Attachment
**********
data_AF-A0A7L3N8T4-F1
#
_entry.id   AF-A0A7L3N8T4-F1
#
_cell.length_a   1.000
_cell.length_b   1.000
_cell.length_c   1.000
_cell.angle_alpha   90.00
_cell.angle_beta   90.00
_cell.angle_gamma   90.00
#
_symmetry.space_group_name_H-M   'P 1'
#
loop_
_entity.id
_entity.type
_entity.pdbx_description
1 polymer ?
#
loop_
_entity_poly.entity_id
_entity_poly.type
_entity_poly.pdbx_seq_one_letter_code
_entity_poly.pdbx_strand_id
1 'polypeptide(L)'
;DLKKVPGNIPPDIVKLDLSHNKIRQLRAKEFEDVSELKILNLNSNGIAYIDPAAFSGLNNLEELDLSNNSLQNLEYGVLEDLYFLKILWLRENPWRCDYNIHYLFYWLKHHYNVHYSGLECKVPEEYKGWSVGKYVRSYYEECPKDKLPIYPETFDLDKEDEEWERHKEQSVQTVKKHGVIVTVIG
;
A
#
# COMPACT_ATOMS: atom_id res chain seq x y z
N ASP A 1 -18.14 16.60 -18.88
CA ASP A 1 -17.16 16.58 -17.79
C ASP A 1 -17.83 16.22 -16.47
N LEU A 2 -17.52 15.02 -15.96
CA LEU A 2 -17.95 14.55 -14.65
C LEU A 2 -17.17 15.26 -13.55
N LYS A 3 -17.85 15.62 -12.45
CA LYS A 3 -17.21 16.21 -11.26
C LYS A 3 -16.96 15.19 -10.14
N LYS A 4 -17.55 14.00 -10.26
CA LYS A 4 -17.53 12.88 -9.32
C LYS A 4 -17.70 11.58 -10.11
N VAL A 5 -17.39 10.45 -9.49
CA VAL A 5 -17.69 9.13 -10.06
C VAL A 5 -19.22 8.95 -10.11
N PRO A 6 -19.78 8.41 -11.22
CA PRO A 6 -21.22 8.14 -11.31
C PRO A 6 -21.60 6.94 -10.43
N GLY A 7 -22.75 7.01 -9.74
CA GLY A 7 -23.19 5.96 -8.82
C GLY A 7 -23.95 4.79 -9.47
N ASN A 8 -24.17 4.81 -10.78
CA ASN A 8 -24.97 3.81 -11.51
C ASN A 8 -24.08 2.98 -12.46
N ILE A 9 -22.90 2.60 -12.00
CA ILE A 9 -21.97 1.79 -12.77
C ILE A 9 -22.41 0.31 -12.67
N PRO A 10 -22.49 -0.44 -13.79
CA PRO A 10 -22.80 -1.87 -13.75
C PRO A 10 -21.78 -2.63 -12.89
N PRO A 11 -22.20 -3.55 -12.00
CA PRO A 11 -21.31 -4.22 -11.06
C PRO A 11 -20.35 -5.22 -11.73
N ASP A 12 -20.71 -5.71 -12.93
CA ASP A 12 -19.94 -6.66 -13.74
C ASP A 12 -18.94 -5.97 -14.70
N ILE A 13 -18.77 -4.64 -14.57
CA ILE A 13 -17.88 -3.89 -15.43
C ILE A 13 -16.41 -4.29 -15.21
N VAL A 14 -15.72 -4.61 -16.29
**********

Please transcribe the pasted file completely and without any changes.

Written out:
data_AF-A0A7L3N8T4-F1
#
_entry.id   AF-A0A7L3N8T4-F1
#
_cell.length_a   1.000
_cell.length_b   1.000
_cell.length_c   1.000
_cell.angle_alpha   90.00
_cell.angle_beta   90.00
_cell.angle_gamma   90.00
#
_symmetry.space_group_name_H-M   'P 1'
#
loop_
_entity.id
_entity.type
_entity.pdbx_description
1 polymer ?
#
loop_
_entity_poly.entity_id
_entity_poly.type
_entity_poly.pdbx_seq_one_letter_code
_entity_poly.pdbx_strand_id
1 'polypeptide(L)'
;DLKKVPGNIPPDIVKLDLSHNKIRQLRAKEFEDVSELKILNLNSNGIAYIDPAAFSGLNNLEELDLSNNSLQNLEYGVLEDLYFLKILWLRENPWRCDYNIHYLFYWLKHHYNVHYSGLECKVPEEYKGWSVGKYVRSYYEECPKDKLPIYPETFDLDKEDEEWERHKEQSVQTVKKHGVIVTVIG
;
A
#
# COMPACT_ATOMS: atom_id res chain seq x y z
N ASP A 1 -18.14 16.60 -18.88
CA ASP A 1 -17.16 16.58 -17.79
C ASP A 1 -17.83 16.22 -16.47
N LEU A 2 -17.52 15.02 -15.96
CA LEU A 2 -17.95 14.55 -14.65
C LEU A 2 -17.17 15.26 -13.55
N LYS A 3 -17.85 15.62 -12.45
CA LYS A 3 -17.21 16.21 -11.26
C LYS A 3 -16.96 15.19 -10.14
N LYS A 4 -17.55 14.00 -10.26
CA LYS A 4 -17.53 12.88 -9.32
C LYS A 4 -17.70 11.58 -10.11
N VAL A 5 -17.39 10.45 -9.49
CA VAL A 5 -17.69 9.13 -10.06
C VAL A 5 -19.22 8.95 -10.11
N PRO A 6 -19.78 8.41 -11.22
CA PRO A 6 -21.22 8.14 -11.31
C PRO A 6 -21.60 6.94 -10.43
N GLY A 7 -22.75 7.01 -9.74
CA GLY A 7 -23.19 5.96 -8.82
C GLY A 7 -23.95 4.79 -9.47
N ASN A 8 -24.17 4.81 -10.78
CA ASN A 8 -24.97 3.81 -11.51
C ASN A 8 -24.08 2.98 -12.46
N ILE A 9 -22.90 2.60 -12.00
CA ILE A 9 -21.97 1.79 -12.77
C ILE A 9 -22.41 0.31 -12.67
N PRO A 10 -22.49 -0.44 -13.79
CA PRO A 10 -22.80 -1.87 -13.75
C PRO A 10 -21.78 -2.63 -12.89
N PRO A 11 -22.20 -3.55 -12.00
CA PRO A 11 -21.31 -4.22 -11.06
C PRO A 11 -20.35 -5.22 -11.73
N ASP A 12 -20.71 -5.71 -12.93
CA ASP A 12 -19.94 -6.66 -13.74
C ASP A 12 -18.94 -5.97 -14.70
N ILE A 13 -18.77 -4.64 -14.57
CA ILE A 13 -17.88 -3.89 -15.43
C ILE A 13 -16.41 -4.29 -15.21
N VAL A 14 -15.72 -4.61 -16.29